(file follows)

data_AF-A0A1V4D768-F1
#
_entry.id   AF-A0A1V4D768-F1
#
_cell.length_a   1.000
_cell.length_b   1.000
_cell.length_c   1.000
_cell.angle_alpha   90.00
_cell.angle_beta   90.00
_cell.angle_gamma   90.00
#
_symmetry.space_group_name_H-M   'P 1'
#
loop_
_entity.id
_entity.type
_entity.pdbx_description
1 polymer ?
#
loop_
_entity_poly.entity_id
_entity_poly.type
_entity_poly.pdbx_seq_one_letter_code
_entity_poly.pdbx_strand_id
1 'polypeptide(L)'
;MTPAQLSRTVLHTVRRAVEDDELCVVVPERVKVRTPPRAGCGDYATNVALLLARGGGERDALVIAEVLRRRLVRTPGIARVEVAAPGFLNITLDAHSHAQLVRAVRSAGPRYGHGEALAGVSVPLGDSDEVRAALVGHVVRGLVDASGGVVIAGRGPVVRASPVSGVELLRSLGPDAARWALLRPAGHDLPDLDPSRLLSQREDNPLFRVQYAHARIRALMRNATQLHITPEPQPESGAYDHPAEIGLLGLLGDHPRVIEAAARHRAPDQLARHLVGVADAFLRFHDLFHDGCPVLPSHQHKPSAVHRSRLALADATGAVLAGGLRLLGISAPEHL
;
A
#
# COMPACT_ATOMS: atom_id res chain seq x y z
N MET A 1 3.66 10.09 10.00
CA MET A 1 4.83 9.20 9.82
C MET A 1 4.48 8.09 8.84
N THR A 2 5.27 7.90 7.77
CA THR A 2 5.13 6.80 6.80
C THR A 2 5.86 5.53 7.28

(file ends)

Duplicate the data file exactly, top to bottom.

data_AF-A0A1V4D768-F1
#
_entry.id   AF-A0A1V4D768-F1
#
_cell.length_a   1.000
_cell.length_b   1.000
_cell.length_c   1.000
_cell.angle_alpha   90.00
_cell.angle_beta   90.00
_cell.angle_gamma   90.00
#
_symmetry.space_group_name_H-M   'P 1'
#
loop_
_entity.id
_entity.type
_entity.pdbx_description
1 polymer ?
#
loop_
_entity_poly.entity_id
_entity_poly.type
_entity_poly.pdbx_seq_one_letter_code
_entity_poly.pdbx_strand_id
1 'polypeptide(L)'
;MTPAQLSRTVLHTVRRAVEDDELCVVVPERVKVRTPPRAGCGDYATNVALLLARGGGERDALVIAEVLRRRLVRTPGIARVEVAAPGFLNITLDAHSHAQLVRAVRSAGPRYGHGEALAGVSVPLGDSDEVRAALVGHVVRGLVDASGGVVIAGRGPVVRASPVSGVELLRSLGPDAARWALLRPAGHDLPDLDPSRLLSQREDNPLFRVQYAHARIRALMRNATQLHITPEPQPESGAYDHPAEIGLLGLLGDHPRVIEAAARHRAPDQLARHLVGVADAFLRFHDLFHDGCPVLPSHQHKPSAVHRSRLALADATGAVLAGGLRLLGISAPEHL
;
A
#
# COMPACT_ATOMS: atom_id res chain seq x y z
N MET A 1 3.66 10.09 10.00
CA MET A 1 4.83 9.20 9.82
C MET A 1 4.48 8.09 8.84
N THR A 2 5.27 7.90 7.77
CA THR A 2 5.13 6.80 6.80
C THR A 2 5.86 5.53 7.28